Entire milk linked to cognitive decline

Milk is a staple of my diet – I’ve included it in my coffee, oatmeal and cereal, so it’s almost impossible to imagine a day without milk. But if you’re like me, you might want to reconsider the type of milk you’re drinking, as research warns that certain types of milk can negatively affect your brain health over time. Specifically, a new study has revealed a possible link between drinking whole milk and an increased risk of cognitive decline.

Dive into research

A research paper published in the journal Molecular nutrition food research whether dairy consumption can induce cognitive changes. This study was conducted in Spain with the participation of 4,668 obese people (48% were women) with an average age of 65 years.

Participants completed a food frequency questionnaire, which asked about their consumption of dairy products including milk, yogurt, and cheese. Dairy products are divided into four sub-categories: low-fat, full-fat, fermented and non-fermented milk.

The researchers also conducted various cognitive performance tests, both at the start of the study and during the two-year follow-up period. These tests measured each participant’s memory, attention span, speaking ability, and executive function.

Multivariable linear regression models allowed the researchers to see changes in cognitive function over a two-year period based on dairy consumption.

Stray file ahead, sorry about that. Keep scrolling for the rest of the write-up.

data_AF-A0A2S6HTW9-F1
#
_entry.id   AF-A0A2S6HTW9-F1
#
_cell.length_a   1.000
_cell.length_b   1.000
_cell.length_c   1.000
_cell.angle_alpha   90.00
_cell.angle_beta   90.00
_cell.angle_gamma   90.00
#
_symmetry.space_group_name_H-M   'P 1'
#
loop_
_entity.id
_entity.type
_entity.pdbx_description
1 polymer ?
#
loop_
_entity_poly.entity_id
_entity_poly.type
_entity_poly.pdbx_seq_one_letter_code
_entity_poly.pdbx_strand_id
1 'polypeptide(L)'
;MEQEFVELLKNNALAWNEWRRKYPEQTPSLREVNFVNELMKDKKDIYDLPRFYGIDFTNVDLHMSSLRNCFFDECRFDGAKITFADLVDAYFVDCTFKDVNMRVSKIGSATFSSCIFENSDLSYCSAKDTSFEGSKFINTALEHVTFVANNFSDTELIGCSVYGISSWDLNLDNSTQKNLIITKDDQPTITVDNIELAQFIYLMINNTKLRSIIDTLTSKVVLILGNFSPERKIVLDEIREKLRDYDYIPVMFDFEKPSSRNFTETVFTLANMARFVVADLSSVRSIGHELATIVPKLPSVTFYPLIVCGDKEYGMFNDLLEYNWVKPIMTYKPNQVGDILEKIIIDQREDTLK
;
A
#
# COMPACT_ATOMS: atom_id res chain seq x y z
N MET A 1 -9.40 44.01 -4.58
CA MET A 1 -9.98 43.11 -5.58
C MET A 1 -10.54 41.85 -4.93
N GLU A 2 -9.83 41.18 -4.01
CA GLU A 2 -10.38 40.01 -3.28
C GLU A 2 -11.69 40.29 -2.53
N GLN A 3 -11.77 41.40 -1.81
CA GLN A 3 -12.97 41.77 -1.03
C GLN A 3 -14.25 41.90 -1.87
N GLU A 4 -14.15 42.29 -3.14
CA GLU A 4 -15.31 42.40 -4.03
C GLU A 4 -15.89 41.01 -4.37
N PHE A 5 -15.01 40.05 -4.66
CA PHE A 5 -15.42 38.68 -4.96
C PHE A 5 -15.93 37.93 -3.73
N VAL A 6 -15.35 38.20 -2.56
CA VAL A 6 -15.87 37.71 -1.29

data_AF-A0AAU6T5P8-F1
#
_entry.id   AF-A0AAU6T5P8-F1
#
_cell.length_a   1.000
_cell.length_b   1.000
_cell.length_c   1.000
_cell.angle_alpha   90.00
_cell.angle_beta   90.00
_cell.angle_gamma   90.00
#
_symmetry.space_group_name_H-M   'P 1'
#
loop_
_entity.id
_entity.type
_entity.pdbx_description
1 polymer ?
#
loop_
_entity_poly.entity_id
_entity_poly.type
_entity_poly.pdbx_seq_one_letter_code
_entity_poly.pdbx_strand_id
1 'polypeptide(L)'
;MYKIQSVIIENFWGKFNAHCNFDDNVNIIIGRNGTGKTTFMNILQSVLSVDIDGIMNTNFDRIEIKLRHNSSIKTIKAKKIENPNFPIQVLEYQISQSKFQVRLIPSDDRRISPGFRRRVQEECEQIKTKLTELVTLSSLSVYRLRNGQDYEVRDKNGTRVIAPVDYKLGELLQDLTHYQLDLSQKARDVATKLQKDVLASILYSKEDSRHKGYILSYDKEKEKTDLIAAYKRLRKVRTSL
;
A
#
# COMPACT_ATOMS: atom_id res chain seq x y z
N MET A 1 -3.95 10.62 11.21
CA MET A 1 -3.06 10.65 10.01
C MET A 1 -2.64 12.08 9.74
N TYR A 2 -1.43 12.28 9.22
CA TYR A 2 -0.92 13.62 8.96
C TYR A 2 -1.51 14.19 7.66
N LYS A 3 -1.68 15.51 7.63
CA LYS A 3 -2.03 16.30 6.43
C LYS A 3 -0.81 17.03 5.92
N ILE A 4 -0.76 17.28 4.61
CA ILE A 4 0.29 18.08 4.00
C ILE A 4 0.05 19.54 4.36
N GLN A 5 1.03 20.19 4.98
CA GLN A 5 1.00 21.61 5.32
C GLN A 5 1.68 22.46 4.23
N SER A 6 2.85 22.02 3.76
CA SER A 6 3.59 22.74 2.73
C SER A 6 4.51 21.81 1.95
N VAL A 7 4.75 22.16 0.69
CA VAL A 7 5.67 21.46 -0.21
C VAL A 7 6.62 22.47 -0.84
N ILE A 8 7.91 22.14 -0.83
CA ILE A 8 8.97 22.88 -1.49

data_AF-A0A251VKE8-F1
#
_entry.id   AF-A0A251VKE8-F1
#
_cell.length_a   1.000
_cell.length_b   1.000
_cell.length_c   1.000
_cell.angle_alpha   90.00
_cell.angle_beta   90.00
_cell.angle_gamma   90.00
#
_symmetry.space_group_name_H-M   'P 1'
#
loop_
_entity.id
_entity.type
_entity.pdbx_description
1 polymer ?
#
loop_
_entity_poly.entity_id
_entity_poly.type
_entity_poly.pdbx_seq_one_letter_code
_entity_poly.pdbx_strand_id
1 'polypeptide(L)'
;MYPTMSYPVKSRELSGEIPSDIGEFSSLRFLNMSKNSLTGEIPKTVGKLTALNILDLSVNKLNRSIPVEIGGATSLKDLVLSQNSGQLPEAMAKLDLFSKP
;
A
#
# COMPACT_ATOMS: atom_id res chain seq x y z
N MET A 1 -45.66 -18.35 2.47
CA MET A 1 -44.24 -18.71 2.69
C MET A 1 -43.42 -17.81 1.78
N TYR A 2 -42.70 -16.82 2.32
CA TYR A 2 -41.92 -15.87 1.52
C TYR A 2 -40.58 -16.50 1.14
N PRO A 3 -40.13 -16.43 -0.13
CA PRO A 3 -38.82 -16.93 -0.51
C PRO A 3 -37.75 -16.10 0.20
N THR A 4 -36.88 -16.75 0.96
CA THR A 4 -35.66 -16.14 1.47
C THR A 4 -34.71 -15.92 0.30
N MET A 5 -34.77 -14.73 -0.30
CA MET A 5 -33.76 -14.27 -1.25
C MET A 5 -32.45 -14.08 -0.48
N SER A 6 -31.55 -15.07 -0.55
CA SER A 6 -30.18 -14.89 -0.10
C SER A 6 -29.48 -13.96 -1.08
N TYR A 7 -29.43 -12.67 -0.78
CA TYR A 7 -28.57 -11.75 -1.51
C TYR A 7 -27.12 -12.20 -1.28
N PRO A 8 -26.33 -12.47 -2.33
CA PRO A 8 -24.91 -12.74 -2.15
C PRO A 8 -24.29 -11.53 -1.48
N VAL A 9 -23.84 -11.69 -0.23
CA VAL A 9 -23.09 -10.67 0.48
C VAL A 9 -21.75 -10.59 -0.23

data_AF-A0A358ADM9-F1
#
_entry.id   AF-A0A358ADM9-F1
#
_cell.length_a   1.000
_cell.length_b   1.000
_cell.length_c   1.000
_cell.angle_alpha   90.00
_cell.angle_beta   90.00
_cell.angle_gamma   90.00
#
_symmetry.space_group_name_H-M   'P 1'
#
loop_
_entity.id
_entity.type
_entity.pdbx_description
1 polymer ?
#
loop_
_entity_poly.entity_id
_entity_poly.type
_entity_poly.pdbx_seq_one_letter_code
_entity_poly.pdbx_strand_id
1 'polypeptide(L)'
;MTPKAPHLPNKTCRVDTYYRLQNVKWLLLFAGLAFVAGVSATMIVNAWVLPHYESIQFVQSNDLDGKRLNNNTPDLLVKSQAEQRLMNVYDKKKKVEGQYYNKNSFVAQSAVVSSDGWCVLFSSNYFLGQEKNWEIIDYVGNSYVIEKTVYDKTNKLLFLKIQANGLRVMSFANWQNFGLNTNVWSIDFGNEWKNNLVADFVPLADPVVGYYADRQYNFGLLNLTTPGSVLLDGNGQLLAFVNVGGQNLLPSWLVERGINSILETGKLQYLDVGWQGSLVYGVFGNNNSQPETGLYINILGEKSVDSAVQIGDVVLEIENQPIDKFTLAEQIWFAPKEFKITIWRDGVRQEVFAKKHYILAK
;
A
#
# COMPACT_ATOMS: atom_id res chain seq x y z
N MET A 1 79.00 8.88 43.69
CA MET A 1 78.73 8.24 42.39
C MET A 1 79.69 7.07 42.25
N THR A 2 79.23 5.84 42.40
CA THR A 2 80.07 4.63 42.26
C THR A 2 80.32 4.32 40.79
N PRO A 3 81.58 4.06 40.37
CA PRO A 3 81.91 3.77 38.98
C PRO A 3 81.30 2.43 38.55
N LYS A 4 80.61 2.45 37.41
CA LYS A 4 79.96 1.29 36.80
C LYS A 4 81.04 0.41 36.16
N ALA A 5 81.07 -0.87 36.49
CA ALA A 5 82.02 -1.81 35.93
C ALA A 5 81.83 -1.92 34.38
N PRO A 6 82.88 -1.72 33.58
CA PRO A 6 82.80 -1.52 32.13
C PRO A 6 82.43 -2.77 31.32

Findings

The results did not show any negative effects on cognitive performance after consuming low-fat milk, yogurt, cheese or regular fermented milk.

However, higher milk intake – especially whole milk – was associated with higher rates of cognitive decline over a two-year period.

Why? The authors referenced a 2008 study published in International Journal of Geriatric Psychiatry revealed that an abundance of saturated fat (a type of dietary fat) from dairy products during middle age eventually leads to mild cognitive decline later in life.

Health professionals at MedlinePlus.gov warns that consuming too much saturated fat causes cholesterol to build up in your arteries, increasing your risk of heart disease and negative effects brain health.

Follow USDA, one cup of whole milk contains nearly 5 grams of total saturated fat. This is a significant amount of saturated fat for just one drink, because American Heart AssociationThe (AHA) recommendation is 13 grams per day for a 2,000-calorie diet.

What does this mean for you?

The good news is that you don’t have to give up dairy altogether. Here are two simple ways to enjoy a drink without feeling guilty:

  • Choose lower-fat dairy products. The AHA encourages adults to aim for 2 to 3 servings of fat-free or low-fat dairy products per day instead of the full-fat variety. Be sure to look out for options like fat-free, fat-free, fat-free, or fat-free in the dairy aisle.
  • Consider non-dairy alternatives. Today, there are many healthy non-dairy alternatives to consider. Try more sesame, flaxor chia milk into your diet, as they all contain lower levels of saturated fat than many full-fat varieties.

In addition to making dietary adjustments, talk to your doctor about avoiding health troubles that can lead to cognitive decline. Working to protect your brain now can give you a sense of relief and may even help you avoid dementia or Alzheimer’s disease.

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